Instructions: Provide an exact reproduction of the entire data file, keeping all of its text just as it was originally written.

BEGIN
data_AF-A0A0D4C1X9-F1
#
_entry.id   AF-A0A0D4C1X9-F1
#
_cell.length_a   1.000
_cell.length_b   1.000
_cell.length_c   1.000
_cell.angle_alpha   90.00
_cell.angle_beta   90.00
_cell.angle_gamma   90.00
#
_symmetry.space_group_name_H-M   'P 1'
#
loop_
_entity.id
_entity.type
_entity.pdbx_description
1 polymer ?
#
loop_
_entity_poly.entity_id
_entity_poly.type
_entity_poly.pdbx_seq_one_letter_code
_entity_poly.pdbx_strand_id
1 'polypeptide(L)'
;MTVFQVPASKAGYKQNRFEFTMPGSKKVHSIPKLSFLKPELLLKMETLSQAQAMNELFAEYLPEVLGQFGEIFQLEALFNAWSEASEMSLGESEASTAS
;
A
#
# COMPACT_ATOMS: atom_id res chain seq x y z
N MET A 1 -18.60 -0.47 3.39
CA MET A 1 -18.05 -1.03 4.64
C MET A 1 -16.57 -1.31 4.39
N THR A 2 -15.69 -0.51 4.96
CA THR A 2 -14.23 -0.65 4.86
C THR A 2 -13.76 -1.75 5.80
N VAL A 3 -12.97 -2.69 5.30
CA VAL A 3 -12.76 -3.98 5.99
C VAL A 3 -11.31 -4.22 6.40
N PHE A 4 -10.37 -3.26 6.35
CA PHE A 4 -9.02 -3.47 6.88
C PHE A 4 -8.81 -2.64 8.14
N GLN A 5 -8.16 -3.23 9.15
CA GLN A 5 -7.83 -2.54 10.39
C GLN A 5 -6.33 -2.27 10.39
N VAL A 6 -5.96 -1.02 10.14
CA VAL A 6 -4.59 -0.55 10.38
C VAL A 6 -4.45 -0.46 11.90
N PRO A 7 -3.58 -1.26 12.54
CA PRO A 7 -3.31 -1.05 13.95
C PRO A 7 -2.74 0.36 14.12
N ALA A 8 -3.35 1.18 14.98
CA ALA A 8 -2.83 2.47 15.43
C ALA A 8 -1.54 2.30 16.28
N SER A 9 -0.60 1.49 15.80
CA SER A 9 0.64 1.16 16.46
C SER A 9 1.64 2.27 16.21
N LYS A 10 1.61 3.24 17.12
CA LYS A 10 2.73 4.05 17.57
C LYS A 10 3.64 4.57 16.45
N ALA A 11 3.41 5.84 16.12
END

data_AF-A0A0D4C1X9-F1
#
_entry.id   AF-A0A0D4C1X9-F1
#
_cell.length_a   1.000
_cell.length_b   1.000
_cell.length_c   1.000
_cell.angle_alpha   90.00
_cell.angle_beta   90.00
_cell.angle_gamma   90.00
#
_symmetry.space_group_name_H-M   'P 1'
#
loop_
_entity.id
_entity.type
_entity.pdbx_description
1 polymer ?
#
loop_
_entity_poly.entity_id
_entity_poly.type
_entity_poly.pdbx_seq_one_letter_code
_entity_poly.pdbx_strand_id
1 'polypeptide(L)'
;MTVFQVPASKAGYKQNRFEFTMPGSKKVHSIPKLSFLKPELLLKMETLSQAQAMNELFAEYLPEVLGQFGEIFQLEALFNAWSEASEMSLGESEASTAS
;
A
#
# COMPACT_ATOMS: atom_id res chain seq x y z
N MET A 1 -18.60 -0.47 3.39
CA MET A 1 -18.05 -1.03 4.64
C MET A 1 -16.57 -1.31 4.39
N THR A 2 -15.69 -0.51 4.96
CA THR A 2 -14.23 -0.65 4.86
C THR A 2 -13.76 -1.75 5.80
N VAL A 3 -12.97 -2.69 5.30
CA VAL A 3 -12.76 -3.98 5.99
C VAL A 3 -11.31 -4.22 6.40
N PHE A 4 -10.37 -3.26 6.35
CA PHE A 4 -9.02 -3.47 6.88
C PHE A 4 -8.81 -2.64 8.14
N GLN A 5 -8.16 -3.23 9.15
CA GLN A 5 -7.83 -2.54 10.39
C GLN A 5 -6.33 -2.27 10.39
N VAL A 6 -5.96 -1.02 10.14
CA VAL A 6 -4.59 -0.55 10.38
C VAL A 6 -4.45 -0.46 11.90
N PRO A 7 -3.58 -1.26 12.54
CA PRO A 7 -3.31 -1.05 13.95
C PRO A 7 -2.74 0.36 14.12
N ALA A 8 -3.35 1.18 14.98
CA ALA A 8 -2.83 2.47 15.43
C ALA A 8 -1.54 2.30 16.28
N SER A 9 -0.60 1.49 15.80
CA SER A 9 0.64 1.16 16.46
C SER A 9 1.64 2.27 16.21
N LYS A 10 1.61 3.24 17.12
CA LYS A 10 2.73 4.05 17.57
C LYS A 10 3.64 4.57 16.45
N ALA A 11 3.41 5.84 16.12